Proactive service has always been a good strategy – providing great service before you are asked to do so. (The waiter that fills the glass of water before the guest asks for it.) This made me think about three possible scenarios. One, most people are reactive in that once something comes their way, a problem, […]
Proactive service has always been a good strategy – providing great service before you are asked to do so. (The waiter that fills the glass of water before the guest asks for it.) This made me think about three possible scenarios.
One, most people are reactive in that once something comes their way, a problem, complaint, etc., they deal with it. And if we are lucky, they deal with it well.
Second, proactive behavior would be if someone sees a problem coming and heads it off – before it becomes a problem. Or even better, spots an opportunity to make something better and takes the initiative to make it happen. (See the difference between one and two?)
Then there is a third scenario. This is the person that ends up having to deal with a complaint, problem, etc., and doesn’t react. This only escalates the problem to something bigger, and guess what? They don’t react to that either. You keep trying to give them chance after chance to make good, and they just keep blowing it. I know, this has happened to all of us, and it is so frustrating!
So here is the way to look at the third situation, hence today’s lesson. Complaints are gifts. Problems are opportunities. Tell me there is a problem and give me the chance to show you how good I can be. Let me show you how much I care. If you give me the chance to help you, I will. If you don’t tell me, I can’t help you.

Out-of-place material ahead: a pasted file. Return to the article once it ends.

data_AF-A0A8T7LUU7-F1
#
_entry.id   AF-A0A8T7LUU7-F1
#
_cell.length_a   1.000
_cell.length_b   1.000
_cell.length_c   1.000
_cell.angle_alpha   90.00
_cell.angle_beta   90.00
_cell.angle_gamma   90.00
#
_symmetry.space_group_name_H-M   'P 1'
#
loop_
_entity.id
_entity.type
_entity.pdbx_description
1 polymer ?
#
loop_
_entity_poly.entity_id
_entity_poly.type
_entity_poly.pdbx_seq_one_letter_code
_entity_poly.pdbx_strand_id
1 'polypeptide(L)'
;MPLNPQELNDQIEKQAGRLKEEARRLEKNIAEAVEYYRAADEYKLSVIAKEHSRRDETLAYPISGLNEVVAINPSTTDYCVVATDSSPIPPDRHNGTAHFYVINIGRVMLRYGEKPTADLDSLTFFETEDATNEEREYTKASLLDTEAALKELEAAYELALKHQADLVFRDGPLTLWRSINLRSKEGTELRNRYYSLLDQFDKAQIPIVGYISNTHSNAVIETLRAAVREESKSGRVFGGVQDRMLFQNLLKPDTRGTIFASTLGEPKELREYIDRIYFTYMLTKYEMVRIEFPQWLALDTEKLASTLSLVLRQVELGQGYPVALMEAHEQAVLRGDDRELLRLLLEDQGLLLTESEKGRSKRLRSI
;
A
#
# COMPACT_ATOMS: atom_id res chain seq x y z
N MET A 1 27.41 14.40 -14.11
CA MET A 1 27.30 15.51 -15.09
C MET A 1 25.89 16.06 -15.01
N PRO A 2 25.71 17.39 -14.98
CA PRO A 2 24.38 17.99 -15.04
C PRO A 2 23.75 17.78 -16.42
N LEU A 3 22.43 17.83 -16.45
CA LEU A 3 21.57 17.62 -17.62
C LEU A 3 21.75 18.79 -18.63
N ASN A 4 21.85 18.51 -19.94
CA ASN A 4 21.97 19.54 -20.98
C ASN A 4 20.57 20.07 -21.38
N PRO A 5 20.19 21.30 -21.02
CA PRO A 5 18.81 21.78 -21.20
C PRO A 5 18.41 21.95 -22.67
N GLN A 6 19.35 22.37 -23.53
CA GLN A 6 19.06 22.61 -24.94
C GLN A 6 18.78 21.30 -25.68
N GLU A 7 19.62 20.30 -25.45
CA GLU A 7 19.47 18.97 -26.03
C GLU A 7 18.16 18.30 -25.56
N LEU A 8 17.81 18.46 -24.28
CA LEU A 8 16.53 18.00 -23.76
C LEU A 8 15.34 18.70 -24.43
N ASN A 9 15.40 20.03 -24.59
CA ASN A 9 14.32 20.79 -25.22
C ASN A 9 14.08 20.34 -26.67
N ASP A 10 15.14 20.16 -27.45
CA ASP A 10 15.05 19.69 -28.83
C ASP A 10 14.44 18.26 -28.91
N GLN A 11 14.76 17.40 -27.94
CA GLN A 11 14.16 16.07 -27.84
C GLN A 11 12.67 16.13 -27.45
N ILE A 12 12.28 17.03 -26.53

Reread that last sentence. There is one problem with it. Many times people won’t tell you if there is a problem. Which brings us back to being proactive. You have to know. The way to know is to listen to peoples’ comments and ask them questions.
Some people have the ability to head off problems before they happen – best. Some people have the ability to deal with problems after they happen – good. And unfortunately some people just don’t have a clue – I hope they don’t work for me!
Shep Hyken is a customer service expert, professional speaker and New York Times bestselling business author. For information contact (314) 692-2200 or http://www.hyken.com. For information on The Customer Focus™ customer service training programs go to http://www.thecustomerfocus.com. Follow on Twitter: @Hyken
(Copyright ©MMXII, Shep Hyken)
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